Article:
Highmore: I feel it was especially important to set Norman up in the first two seasons as someone we supported and whose side we were so as now we can start to, start to make us challenge whether we were right to get on his side and to start supporting him in the first place.
Carlton Cuse (EP): This season Norman starts to slide much more significantly into that character [that we know he’ll become in the end]. He becomes less able to kind of modulate or be conscious of his decline and that causes really serious consequences in his relationship with his mom. And, you know, I think we explore that in a lot of different ways and that’s really the journey of the season.
What were your biggest challenges this season?
Highmore: I think as Norman changes over time, one of the biggest challenges becomes not replaying beats that we’ve already played in the past. Or if you tackle the same subject, retelling it or acting it out in a different way. So that the third season has been really interesting because of how Norman changes. Scenes in which you have kind of learned how to resolve in past, you can’t use, you can’t get out of it with the same emotion. And so you know that in certain scenes in the past with Norma and Norman where Norma was on the winning side of the argument, and so the trick this season for Norman was to find a way in which he can start to change that. And gradually, bit by bit, in every scene between Norma and Norman, we make this small shift.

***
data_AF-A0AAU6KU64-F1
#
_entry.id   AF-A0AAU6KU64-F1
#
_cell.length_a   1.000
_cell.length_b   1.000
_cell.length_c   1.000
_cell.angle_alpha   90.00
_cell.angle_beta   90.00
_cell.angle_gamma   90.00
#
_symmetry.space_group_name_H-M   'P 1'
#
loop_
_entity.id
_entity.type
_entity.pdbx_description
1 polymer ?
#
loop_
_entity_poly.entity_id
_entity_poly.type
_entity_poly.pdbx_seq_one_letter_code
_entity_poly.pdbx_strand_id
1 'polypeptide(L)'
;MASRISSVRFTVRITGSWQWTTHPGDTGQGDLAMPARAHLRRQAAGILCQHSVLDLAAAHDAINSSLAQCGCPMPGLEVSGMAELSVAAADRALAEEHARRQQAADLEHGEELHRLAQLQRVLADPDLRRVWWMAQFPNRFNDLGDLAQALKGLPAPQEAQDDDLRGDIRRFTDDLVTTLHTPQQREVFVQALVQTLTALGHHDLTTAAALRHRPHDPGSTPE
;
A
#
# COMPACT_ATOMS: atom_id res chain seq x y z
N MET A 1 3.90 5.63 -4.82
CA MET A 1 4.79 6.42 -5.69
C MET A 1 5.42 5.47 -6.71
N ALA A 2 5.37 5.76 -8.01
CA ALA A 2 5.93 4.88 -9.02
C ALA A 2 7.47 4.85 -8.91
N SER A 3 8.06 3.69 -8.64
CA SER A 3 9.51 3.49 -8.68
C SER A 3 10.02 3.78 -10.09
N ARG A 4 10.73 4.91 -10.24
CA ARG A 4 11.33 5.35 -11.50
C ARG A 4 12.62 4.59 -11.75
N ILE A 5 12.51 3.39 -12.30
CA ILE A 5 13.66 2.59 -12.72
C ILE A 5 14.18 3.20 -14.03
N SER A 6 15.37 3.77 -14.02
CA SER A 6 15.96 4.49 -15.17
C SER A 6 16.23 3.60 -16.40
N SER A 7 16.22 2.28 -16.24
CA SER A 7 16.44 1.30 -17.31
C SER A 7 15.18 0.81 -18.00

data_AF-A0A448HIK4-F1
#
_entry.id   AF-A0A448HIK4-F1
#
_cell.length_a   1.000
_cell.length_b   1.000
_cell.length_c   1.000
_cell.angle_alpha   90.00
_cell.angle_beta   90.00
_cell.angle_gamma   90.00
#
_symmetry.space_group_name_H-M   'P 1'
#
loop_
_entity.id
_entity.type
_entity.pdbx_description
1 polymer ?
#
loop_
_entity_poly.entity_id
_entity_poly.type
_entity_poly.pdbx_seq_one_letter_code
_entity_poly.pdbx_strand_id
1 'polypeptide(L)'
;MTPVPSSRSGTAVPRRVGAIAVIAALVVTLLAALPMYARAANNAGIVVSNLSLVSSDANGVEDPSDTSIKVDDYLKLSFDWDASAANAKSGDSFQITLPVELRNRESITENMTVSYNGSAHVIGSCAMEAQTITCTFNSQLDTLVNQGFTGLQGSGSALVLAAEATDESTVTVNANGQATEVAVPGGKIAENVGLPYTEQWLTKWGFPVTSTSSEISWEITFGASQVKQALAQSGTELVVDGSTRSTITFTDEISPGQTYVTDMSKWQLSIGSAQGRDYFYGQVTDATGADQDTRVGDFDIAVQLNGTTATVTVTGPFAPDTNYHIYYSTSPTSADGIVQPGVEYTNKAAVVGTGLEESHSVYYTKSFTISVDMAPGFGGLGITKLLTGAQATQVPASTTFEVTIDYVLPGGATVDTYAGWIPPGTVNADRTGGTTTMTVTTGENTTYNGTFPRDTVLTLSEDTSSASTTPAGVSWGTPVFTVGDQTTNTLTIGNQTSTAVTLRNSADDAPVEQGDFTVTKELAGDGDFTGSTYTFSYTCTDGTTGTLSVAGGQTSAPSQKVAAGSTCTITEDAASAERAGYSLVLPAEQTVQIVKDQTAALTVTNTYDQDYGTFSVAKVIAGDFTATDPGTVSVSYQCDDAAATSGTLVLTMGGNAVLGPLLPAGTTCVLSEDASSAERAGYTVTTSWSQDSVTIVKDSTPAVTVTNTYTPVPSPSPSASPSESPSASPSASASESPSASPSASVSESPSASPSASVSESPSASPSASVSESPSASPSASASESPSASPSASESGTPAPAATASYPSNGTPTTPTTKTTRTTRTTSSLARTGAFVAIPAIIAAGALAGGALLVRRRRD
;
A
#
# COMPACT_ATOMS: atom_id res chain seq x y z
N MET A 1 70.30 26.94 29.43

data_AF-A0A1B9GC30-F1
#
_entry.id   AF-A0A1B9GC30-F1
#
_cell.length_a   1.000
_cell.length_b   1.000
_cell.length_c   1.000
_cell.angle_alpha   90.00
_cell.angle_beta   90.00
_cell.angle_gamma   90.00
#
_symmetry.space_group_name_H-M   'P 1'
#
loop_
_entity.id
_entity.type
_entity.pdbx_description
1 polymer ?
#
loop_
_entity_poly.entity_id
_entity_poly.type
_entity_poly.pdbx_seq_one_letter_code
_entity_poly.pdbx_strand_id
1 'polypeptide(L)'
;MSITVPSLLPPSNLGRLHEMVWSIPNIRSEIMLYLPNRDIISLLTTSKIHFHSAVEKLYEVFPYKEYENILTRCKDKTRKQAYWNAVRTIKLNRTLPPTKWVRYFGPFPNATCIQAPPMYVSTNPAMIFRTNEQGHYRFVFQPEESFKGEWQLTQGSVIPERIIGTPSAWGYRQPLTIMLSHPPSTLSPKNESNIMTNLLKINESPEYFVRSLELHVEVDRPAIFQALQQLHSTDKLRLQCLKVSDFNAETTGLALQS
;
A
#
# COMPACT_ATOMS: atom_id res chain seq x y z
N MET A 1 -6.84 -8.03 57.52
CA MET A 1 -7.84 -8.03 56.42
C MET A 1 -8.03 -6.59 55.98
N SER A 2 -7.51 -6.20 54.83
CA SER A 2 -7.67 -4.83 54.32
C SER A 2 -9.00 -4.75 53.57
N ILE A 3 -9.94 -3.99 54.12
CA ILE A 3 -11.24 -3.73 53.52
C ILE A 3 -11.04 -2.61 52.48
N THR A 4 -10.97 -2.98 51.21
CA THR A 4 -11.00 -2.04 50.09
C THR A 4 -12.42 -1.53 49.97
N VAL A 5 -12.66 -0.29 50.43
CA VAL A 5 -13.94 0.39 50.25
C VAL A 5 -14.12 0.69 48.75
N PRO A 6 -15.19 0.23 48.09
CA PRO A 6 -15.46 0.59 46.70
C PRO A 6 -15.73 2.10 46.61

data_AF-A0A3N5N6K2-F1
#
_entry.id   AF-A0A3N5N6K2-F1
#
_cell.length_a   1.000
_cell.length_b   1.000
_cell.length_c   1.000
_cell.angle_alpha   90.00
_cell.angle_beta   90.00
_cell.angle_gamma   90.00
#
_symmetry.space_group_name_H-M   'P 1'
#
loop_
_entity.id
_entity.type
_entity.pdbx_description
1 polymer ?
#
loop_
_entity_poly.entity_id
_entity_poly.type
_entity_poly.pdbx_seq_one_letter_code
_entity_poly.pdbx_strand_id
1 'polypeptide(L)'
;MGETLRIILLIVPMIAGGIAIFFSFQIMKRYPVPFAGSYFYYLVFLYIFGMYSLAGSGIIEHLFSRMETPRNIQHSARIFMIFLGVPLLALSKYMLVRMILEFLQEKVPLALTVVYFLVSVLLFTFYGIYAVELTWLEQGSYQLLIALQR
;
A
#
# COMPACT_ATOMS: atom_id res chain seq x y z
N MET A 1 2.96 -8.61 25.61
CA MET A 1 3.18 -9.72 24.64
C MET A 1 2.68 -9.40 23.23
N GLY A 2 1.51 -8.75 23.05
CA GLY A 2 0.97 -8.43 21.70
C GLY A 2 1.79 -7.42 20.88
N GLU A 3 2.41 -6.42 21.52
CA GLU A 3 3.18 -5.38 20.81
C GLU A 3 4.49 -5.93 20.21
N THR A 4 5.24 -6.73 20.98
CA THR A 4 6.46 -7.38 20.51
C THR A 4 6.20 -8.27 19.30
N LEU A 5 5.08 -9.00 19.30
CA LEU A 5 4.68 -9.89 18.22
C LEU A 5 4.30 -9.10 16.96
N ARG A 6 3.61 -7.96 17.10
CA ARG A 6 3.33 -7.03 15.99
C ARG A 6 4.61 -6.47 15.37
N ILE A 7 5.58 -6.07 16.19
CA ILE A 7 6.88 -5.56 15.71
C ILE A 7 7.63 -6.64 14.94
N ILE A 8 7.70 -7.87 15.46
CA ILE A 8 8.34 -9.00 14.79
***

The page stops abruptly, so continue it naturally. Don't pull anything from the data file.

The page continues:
Cuse: Wow. That’s a good question. I think that we work hard on the kind of the crime story aspect of the show. The show for us is just a cocktail of super-nuance, the character writing combined with this intentionally pulpy crime drama, and so getting that right is something that is really hard to do.
Farmiga: It’s pretty nutty to see now what we explore with this character this season like the height of righteousness that she possesses and the depths of manipulation and depravity that she’s capable of. And there are just so many antics and adventures for me to explore. I have never been challenged the way I am with this story in this particular character. And even as we speak, I’m heavily medicated right now with tremors and spasms and a torn shoulder and neck muscles and the like. I am broken in smithereens.